Past Exhibition: December 2, 2016 — December 23, 2016
Cande Aguilar, Gerardo Arellano, Jorge Purón,
Aldo Fabian Ramos: Borderwavve
Borderwavve features four Texas-based artists whose unique perspectives shaped by the South Texas borderlands inform a style that expands the parameters of Mexican American contemporary art.
Borderwavve refers to a new aesthetic of abstraction and border culture that draws upon the artists’ bi-cultural identity. The phrase connotes a constant state of deconstructing and rebuilding connections between traditional and modern Mexican and American customs.
Each artist uses this combination of hard lines, geometric forms, bright colors, popular imagery, and personal symbiology to create textured and layered compositions. Their artwork effectively serves as a cultural bridge for overcoming social and language barriers. In a region frequently portrayed as existing under the specter of violence, the borderwavve artists shatter these misconceptions and claim their space in the art world on behalf of la Frontera.
Cande Aguilar, Jr. (b. Brownsville, TX, 1972). As a self-taught artist, he began his career as a musician at the age of 10 and recorded his first album by the age of 13. He later toured the United States as a musician, receiving numerous awards, and gaining inspiration from diverse cultures. In 1999 he produced his first oil painting, and has since accumulated an impressive body of work. In this short period, he has shown his passion and dedication for the arts. Aguilar’s work is characteristic of the visual imagery found in the Rio Grande Valley, including giant canvasses peppered with graffiti art, cartoons, pop culture images, crude drawings and bright colors reminiscent of a “patterned schizophrenia.” The artist, accordion player, and co-founder of the Tejano band Elida y Avante has been dubbed a “barrio pop artist.”
Gerardo Arellano (b. Torreon, Coahuila, 1980). After finishing his studies in production and majoring in fine arts at the Universidad Autonoma de Nuevo Leon in Monterrey, Arellano moved to Austin and opened his studio in 2006. He has developed a unique expressionist form of art that carries the border culture into a postmodern vision. He established himself on the Austin art scene at art hubs, galleries, museums, festivals and event spaces. He works with other local and international artists, and curating shows encouraging collaboration with local music, businesses and arts. He has exhibited in Austin, San Antonio, Dallas, Houston, Seattle, Denver, Marfa, Washington D.C., Mexico City and Monterrey, Mexico. This past May, a series of commissioned portraits were displayed at the Cross Lines exhibit curated by the Smithsonian Asian Pacific American Center in Washington DC. Austin’s Mexican American Cultural Center recently titled him “Emerging Artist of 2016.”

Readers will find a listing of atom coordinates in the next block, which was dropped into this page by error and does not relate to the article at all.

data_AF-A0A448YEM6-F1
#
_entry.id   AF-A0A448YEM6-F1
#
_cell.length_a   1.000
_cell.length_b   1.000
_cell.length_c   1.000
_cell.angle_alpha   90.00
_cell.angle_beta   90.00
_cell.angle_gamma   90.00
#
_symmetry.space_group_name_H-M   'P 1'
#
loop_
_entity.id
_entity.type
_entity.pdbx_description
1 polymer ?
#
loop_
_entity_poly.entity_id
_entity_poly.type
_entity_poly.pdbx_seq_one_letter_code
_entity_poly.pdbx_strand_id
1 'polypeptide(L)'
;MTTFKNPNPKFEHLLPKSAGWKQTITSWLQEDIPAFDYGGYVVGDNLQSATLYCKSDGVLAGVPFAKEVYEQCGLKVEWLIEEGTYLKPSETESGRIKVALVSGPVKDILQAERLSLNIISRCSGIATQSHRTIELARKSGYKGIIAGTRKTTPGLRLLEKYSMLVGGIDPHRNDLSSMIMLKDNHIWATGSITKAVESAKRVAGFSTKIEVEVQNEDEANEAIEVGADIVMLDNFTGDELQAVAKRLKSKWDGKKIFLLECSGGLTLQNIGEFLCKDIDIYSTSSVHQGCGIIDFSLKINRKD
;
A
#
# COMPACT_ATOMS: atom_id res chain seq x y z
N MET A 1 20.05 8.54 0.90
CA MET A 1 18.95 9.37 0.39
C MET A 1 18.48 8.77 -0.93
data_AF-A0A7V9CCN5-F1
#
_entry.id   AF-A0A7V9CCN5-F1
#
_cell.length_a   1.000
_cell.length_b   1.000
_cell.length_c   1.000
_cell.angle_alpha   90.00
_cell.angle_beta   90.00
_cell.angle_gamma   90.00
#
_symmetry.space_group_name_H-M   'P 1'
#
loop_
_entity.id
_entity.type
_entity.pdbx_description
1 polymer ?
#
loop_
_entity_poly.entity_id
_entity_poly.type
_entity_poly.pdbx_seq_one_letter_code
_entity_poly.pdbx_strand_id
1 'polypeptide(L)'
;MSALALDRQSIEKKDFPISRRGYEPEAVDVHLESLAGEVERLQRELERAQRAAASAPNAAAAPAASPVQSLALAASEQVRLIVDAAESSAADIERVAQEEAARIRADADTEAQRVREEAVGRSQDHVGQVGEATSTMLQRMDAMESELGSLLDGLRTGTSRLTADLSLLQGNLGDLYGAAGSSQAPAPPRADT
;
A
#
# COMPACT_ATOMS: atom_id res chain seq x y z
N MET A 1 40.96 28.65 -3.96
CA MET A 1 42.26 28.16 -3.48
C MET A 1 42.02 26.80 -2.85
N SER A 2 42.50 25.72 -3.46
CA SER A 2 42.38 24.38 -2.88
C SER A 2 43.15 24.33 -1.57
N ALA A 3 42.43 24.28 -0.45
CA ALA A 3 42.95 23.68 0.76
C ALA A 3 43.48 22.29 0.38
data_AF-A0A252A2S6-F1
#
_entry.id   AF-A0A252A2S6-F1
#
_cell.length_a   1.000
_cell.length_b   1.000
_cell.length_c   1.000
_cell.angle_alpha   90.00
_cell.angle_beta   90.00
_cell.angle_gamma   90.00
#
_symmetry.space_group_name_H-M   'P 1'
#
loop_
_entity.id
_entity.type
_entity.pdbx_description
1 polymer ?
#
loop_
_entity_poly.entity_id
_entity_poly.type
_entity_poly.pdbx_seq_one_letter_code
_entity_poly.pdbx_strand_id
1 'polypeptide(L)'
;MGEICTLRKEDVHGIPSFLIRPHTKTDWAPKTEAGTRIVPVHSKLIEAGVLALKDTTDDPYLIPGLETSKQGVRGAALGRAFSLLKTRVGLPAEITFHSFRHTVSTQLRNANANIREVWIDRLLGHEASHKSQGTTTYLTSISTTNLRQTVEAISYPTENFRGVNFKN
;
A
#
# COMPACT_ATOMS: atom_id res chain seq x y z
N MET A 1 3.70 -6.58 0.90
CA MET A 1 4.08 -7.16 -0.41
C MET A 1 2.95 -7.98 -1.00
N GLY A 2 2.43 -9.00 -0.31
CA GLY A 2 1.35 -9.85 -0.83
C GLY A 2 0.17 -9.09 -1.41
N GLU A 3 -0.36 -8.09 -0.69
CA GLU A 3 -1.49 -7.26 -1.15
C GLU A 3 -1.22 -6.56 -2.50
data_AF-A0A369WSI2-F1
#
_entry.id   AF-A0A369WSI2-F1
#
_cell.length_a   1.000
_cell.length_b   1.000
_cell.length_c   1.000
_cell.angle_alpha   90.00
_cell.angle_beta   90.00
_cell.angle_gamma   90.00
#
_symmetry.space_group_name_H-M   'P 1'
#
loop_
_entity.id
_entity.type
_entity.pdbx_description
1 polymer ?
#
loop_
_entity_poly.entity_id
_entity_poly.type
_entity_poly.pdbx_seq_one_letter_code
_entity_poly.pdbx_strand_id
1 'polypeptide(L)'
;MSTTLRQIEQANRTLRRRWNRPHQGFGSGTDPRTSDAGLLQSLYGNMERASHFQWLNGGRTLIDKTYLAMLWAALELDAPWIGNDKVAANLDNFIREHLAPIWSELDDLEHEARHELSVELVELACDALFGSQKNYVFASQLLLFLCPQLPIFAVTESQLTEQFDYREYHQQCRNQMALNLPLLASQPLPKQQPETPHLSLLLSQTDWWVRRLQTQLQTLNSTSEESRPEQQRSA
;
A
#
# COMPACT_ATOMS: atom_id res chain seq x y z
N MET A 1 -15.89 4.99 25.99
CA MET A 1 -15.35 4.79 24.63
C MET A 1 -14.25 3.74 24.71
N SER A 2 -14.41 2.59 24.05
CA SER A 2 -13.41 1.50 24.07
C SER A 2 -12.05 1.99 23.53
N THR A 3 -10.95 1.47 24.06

Jorge Purón (b. Piedras Negras, Mexico, 1969) is a self-informed painter who lives and works in San Antonio. His art is influenced by a life lived on both sides of the US-Mexico border. With over 100 bi- national solo and group exhibitions, his work has been shown at the Museo Alameda in San Antonio; Brownsville Museum of Fine Art; El Paso Museum of Art; Museo Reyes Meza in Nuevo Laredo, Mexico; and Instituto Allende in San Miguel de Allende, Mexico, among others. In 2002, he co-founded Jardín del Arte, a project to promote artists in San Miguel de Allende and in 2010, he was appointed Advisor to the Municipal Council of Culture in the border city of Piedras Negras, Mexico. Most recently in 2013, Purón received the Erick Schaudies Memorial Award at K Space Contemporary in Corpus Christi, Texas, the top prize for Third Coast National juried exhibition. His work is part of private and corporate collections in North America and Europe. He has also worked in cinema as an art director and set designer for independent short and full-length features.
Aldo Fabian Ramos (b. Ciudad Acuña, Coahuila Mexico,1984). As a self-taught multidisciplinary artist, Ramos draws upon a family tradition in drawing and painting. He developed his practice over ten years through painting, public art projects and forming various music, and established art collectives in Austin and Mexico. Aldo’s work is recognized by his colorful palette, collaged visionary symbolism, and personal archetype. His use of disjointed lines, abstracted patterns and reappearing motifs reflect his cross-cultural identity and personal style. His work has been featured in group exhibitions by institutions including The Contemporary Austin, St. Edward’s University, East Austin Studio Tours, and the upcoming Museo de Arte Contemporaneo Ciudad Acuña. Today he lives and works in San Antonio and his work is included in private collections in Texas, Mexico, and San Francisco.